Advertisement

Edmonton treatment plant failure triggers non-essential water use ban across region

Click to play video: 'Edmonton treatment plant failure triggers non-essential water use ban across region'
Edmonton treatment plant failure triggers non-essential water use ban across region
An equipment failure at the E.L. Smith Water Treatment Plant, one of Edmonton’s two water such facilities, has prompted EPCOR and surrounding municipalities to issue a ban on non-essential water use. Sarah Komadina reports – Jan 29, 2024

An equipment failure at one of Edmonton’s two water treatment plants prompted EPCOR and surrounding municipalities to issue a ban on non-essential water use on Monday afternoon.

EPCOR said a pump issue occurred at the E.L. Smith Water Treatment Plant in southwest Edmonton, where water distribution has been halted.

The plant provides water not just for the city of Edmonton, but several surrounding communities, including Sherwood Park, St. Albert, Stony Plain, Spruce Grove, Leduc, Beaumont, Fort Saskatchewan and Morinville.

EPCOR said the problem happened at 2 a.m. Monday, when there was a failure in the distribution pumping equipment systems that move water from treatment plant into the distribution system.

“It was within an electrical system that feeds the pumps that distribute water from the E. L. Smith Water Treatment Plant,” said Craig Bonneville, director of engineering and technical services with EPCOR.

Story continues below advertisement

“It’s a complex one that we’re facing. We don’t ask our customers to do this very often.”

The city’s other plant, the Rossdale Water Treatment Plant, remains operational but EPCOR said it cannot adequately supply the entire service area with normal water consumption.

The Edmonton region that receives water from EPCOR is being told to eliminate non-essential water use. Until the E.L. Smith Water Treatment Plant returns to normal operations, EPCOR said customers may also experience low water pressure. There is no impact to the quality of the drinking water, it added.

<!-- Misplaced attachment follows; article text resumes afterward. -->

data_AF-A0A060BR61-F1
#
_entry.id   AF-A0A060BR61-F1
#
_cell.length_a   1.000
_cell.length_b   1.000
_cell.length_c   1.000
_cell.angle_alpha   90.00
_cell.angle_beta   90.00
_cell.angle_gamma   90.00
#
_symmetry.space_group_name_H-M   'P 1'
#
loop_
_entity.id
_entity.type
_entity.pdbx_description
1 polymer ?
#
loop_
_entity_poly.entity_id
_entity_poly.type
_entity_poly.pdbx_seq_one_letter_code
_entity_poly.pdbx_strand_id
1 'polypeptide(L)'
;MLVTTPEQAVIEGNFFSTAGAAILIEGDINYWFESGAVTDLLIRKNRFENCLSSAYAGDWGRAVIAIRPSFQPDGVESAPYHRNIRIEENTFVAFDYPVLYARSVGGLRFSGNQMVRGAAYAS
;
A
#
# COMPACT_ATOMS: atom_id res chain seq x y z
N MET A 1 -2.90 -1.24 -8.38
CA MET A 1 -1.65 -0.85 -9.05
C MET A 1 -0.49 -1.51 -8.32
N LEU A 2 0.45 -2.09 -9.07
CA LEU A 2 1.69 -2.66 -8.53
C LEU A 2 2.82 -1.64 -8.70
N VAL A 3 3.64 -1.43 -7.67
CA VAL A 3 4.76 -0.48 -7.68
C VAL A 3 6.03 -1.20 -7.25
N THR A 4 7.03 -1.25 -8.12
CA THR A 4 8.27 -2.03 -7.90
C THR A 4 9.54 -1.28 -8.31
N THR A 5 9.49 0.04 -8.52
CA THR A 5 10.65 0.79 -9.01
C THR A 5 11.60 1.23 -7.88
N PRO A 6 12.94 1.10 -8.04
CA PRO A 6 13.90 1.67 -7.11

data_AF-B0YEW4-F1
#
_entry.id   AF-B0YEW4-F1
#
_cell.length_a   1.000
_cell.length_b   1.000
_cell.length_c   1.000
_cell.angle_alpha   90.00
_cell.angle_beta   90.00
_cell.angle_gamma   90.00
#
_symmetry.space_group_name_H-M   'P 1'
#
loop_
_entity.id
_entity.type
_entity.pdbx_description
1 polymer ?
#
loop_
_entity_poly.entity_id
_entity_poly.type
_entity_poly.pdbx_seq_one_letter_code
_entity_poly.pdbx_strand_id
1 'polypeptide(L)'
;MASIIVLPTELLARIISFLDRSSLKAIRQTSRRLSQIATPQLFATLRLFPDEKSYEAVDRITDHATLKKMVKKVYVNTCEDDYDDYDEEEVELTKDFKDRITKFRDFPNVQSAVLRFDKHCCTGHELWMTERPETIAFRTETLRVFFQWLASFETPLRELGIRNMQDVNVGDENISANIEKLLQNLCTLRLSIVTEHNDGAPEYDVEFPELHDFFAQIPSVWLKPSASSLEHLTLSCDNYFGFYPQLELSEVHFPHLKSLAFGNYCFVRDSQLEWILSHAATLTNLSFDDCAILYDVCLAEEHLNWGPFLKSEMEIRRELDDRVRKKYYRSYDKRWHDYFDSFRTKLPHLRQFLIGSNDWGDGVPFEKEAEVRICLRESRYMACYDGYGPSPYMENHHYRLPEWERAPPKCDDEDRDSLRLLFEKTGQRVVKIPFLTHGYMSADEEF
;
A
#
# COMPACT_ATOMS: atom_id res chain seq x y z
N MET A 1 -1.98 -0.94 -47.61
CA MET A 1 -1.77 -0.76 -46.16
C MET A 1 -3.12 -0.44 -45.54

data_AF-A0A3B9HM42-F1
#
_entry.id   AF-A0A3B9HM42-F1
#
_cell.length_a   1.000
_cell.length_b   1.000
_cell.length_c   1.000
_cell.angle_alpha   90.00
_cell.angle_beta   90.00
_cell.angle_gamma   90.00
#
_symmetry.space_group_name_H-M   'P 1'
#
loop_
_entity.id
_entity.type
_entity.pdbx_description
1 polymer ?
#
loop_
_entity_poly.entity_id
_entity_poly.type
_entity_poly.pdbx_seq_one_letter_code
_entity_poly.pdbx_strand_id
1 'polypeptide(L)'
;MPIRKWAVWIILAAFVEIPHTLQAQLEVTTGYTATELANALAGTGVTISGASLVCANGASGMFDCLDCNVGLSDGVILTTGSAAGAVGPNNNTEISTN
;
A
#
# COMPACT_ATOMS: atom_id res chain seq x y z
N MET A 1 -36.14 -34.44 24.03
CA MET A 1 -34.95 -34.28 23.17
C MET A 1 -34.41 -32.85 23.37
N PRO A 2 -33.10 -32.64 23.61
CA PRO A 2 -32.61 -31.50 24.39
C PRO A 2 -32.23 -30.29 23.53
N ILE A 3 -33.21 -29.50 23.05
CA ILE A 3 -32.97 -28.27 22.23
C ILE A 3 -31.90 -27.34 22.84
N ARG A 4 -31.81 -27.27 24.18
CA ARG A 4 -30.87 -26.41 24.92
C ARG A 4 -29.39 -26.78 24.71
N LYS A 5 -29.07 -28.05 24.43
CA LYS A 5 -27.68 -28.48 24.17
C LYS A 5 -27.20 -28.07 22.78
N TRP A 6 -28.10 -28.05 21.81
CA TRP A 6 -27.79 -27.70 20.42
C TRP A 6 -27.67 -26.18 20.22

“We had crews responding right when the failure was first detected,” Bonneville said. “We have all resources – both EPCOR’s and our contracting partners, suppliers – to make the repairs as soon as possible.”

Click to play video: 'EPCOR energizes solar farm at Edmonton river valley water treatment plant'
EPCOR energizes solar farm at Edmonton river valley water treatment plant

Businesses that use large volumes of non-essential water – such as laundromats and car washes – are being asked to halt water use.

Story continues below advertisement

EPCOR said businesses using water to deliver a product or service that is life-sustaining for people, animals and plants are exempt. Other exemptions include any business that must use water to meet health code standards, such as hospitals and restaurants.

When asked how long it would be before EPCOR’s reservoirs would be depleted if people don’t cut back on their water use, Bonneville said “it’s very hard to give specific timelines to restoration of service and also to the time where they’d be overly depleted. Our reservoirs, when the event occurred, were at normal levels for this time of year.

“These demand management measures that we’ve called can have a significant positive benefit to give us more time to restore service, and in this case, hours do matter in our work to restore service.”

A photo of an Edmonton car wash on Jan. 30, 2024. A day earlier, an equipment failure at one of Edmonton’s water treatment plants prompted EPCOR and surrounding municipalities to issue a ban on non-essential water use. Global News

Residents are asked to conserve water by taking short showers instead of baths, turning off the tap while brushing your teeth or shaving, and flushing toilets only when necessary.

Story continues below advertisement

Until further notice, residents are asked to reduce or postpone all non-essential water use.

People are asked to delay laundry, hand-wash small amounts of dinner dishes, and wait to fill hot tubs, pools or large aquariums.

“Every drop helps,” EPCOR said. “These are difficult circumstances and EPCOR understands the significance of this impact to residents and businesses and we appreciate the cooperation of the public.”

It’s not known when water service from E.L. Smith will be restored and EPCOR said the restrictions will be in place until repairs are complete.

“Right now we’re doing everything we possibly can to restore service so we can maintain water to all of our customers,” Bonneville said.

EPCOR said it is working to notify all of its large commercial and industrial customers in the region of the water ban so the word gets out as quickly as possible.

“Hopefully we see a positive response from our customers,” Bonneville said.

Click to play video: 'Fountain of water shoots into the air after fire hydrant knocked over in south Edmonton'
Fountain of water shoots into the air after fire hydrant knocked over in south Edmonton

Several communities also issued their own news releases Monday about the water restrictions.

Story continues below advertisement

The Town of Morinville said it would suspend sewer flushing, firefighter hydrant training, and other heavy water use activities.

The Town of Stony Plain said it would halt the flushing of watermains and sewers, as well as firefighting training, street sweeping, irrigation, flow tests, washing fleet vehicles (including buses) and and the operation of spray decks.

The City of Leduc said it would take similar measures, along with halting outdoor ice surface maintenance — saying all ice surfaces are closed.

— with files from Caley Gibson, Global News. 

Sponsored content

AdChoices